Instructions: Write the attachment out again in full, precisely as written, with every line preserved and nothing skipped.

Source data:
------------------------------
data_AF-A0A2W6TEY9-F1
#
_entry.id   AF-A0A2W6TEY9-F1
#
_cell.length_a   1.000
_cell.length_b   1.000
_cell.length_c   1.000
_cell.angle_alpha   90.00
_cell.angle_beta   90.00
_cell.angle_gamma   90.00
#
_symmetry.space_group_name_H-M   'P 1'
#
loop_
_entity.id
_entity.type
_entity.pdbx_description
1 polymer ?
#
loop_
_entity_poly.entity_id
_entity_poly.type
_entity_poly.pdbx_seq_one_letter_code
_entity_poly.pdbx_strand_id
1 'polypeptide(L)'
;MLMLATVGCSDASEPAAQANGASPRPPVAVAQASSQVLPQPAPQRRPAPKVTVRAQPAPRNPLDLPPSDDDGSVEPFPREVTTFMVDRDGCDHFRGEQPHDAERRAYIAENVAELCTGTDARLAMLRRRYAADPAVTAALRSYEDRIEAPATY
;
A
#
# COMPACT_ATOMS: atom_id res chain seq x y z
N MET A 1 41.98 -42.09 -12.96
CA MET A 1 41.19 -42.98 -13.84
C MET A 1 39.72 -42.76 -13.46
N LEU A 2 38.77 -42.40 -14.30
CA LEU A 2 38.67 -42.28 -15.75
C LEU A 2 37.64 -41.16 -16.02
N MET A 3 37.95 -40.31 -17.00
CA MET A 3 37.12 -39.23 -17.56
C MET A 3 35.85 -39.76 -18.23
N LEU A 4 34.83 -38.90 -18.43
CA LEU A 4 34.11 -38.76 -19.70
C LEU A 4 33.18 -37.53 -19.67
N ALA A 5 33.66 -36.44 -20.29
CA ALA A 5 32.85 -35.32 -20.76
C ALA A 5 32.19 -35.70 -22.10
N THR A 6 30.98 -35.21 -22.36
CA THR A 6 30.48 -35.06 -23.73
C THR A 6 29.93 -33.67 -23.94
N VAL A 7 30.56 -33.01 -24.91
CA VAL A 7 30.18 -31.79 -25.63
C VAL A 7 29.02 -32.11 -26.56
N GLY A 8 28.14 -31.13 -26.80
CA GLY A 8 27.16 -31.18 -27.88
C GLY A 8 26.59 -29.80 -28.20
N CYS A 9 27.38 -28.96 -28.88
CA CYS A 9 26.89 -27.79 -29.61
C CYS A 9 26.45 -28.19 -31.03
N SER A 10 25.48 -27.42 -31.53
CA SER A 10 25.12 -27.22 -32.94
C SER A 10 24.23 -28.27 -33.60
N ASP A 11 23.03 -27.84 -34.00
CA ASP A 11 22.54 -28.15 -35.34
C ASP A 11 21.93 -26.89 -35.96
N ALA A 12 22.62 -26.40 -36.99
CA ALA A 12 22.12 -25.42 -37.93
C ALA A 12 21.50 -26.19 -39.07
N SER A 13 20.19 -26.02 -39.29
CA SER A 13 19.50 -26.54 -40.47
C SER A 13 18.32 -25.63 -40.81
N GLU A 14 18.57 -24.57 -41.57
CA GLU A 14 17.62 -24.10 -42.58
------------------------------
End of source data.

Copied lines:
data_AF-A0A2W6TEY9-F1
#
_entry.id   AF-A0A2W6TEY9-F1
#
_cell.length_a   1.000
_cell.length_b   1.000
_cell.length_c   1.000
_cell.angle_alpha   90.00
_cell.angle_beta   90.00
_cell.angle_gamma   90.00
#
_symmetry.space_group_name_H-M   'P 1'
#
loop_
_entity.id
_entity.type
_entity.pdbx_description
1 polymer ?
#
loop_
_entity_poly.entity_id
_entity_poly.type
_entity_poly.pdbx_seq_one_letter_code
_entity_poly.pdbx_strand_id
1 'polypeptide(L)'
;MLMLATVGCSDASEPAAQANGASPRPPVAVAQASSQVLPQPAPQRRPAPKVTVRAQPAPRNPLDLPPSDDDGSVEPFPREVTTFMVDRDGCDHFRGEQPHDAERRAYIAENVAELCTGTDARLAMLRRRYAADPAVTAALRSYEDRIEAPATY
;
A
#
# COMPACT_ATOMS: atom_id res chain seq x y z
N MET A 1 41.98 -42.09 -12.96
CA MET A 1 41.19 -42.98 -13.84
C MET A 1 39.72 -42.76 -13.46
N LEU A 2 38.77 -42.40 -14.30
CA LEU A 2 38.67 -42.28 -15.75
C LEU A 2 37.64 -41.16 -16.02
N MET A 3 37.95 -40.31 -17.00
CA MET A 3 37.12 -39.23 -17.56
C MET A 3 35.85 -39.76 -18.23
N LEU A 4 34.83 -38.90 -18.43
CA LEU A 4 34.11 -38.76 -19.70
C LEU A 4 33.18 -37.53 -19.67
N ALA A 5 33.66 -36.44 -20.29
CA ALA A 5 32.85 -35.32 -20.76
C ALA A 5 32.19 -35.70 -22.10
N THR A 6 30.98 -35.21 -22.36
CA THR A 6 30.48 -35.06 -23.73
C THR A 6 29.93 -33.67 -23.94
N VAL A 7 30.56 -33.01 -24.91
CA VAL A 7 30.18 -31.79 -25.63
C VAL A 7 29.02 -32.11 -26.56
N GLY A 8 28.14 -31.13 -26.80
CA GLY A 8 27.16 -31.18 -27.88
C GLY A 8 26.59 -29.80 -28.20
N CYS A 9 27.38 -28.96 -28.88
CA CYS A 9 26.89 -27.79 -29.61
C CYS A 9 26.45 -28.19 -31.03
N SER A 10 25.48 -27.42 -31.53
CA SER A 10 25.12 -27.22 -32.94
C SER A 10 24.23 -28.27 -33.60
N ASP A 11 23.03 -27.84 -34.00
CA ASP A 11 22.54 -28.15 -35.34
C ASP A 11 21.93 -26.89 -35.96
N ALA A 12 22.62 -26.40 -36.99
CA ALA A 12 22.12 -25.42 -37.93
C ALA A 12 21.50 -26.19 -39.07
N SER A 13 20.19 -26.02 -39.29
CA SER A 13 19.50 -26.54 -40.47
C SER A 13 18.32 -25.63 -40.81
N GLU A 14 18.57 -24.57 -41.57
CA GLU A 14 17.62 -24.10 -42.58